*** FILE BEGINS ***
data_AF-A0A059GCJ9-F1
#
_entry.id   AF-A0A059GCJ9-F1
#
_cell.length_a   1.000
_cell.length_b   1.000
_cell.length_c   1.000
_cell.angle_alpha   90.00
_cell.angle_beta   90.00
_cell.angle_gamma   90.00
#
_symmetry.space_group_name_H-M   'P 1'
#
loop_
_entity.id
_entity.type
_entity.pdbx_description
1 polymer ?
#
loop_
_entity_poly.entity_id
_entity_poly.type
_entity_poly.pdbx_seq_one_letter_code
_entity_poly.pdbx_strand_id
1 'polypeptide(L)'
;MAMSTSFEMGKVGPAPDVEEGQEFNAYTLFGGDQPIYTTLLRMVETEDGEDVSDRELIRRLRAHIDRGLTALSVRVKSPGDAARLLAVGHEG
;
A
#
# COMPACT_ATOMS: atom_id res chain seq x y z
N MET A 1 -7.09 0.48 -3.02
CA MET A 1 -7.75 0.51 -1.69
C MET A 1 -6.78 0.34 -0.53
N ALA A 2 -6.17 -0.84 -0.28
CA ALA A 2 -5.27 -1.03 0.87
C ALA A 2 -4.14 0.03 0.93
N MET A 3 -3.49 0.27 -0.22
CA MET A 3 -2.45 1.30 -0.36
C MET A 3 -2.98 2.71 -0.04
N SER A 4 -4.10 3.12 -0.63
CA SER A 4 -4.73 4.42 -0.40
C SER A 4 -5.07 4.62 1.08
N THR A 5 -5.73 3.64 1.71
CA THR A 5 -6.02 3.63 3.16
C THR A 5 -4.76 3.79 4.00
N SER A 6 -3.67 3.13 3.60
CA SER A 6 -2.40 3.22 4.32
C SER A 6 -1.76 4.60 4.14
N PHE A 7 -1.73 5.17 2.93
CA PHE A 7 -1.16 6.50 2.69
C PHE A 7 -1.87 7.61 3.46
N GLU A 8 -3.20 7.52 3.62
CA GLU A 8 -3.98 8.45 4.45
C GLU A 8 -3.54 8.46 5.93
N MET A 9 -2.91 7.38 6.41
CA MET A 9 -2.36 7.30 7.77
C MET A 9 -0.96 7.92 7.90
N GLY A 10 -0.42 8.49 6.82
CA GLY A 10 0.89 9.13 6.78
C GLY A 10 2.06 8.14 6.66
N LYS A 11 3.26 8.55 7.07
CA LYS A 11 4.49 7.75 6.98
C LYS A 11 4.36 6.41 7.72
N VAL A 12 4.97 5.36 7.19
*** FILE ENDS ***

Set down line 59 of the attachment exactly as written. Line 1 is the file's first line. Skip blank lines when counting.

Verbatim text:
CA GLY A 10 0.89 9.13 6.78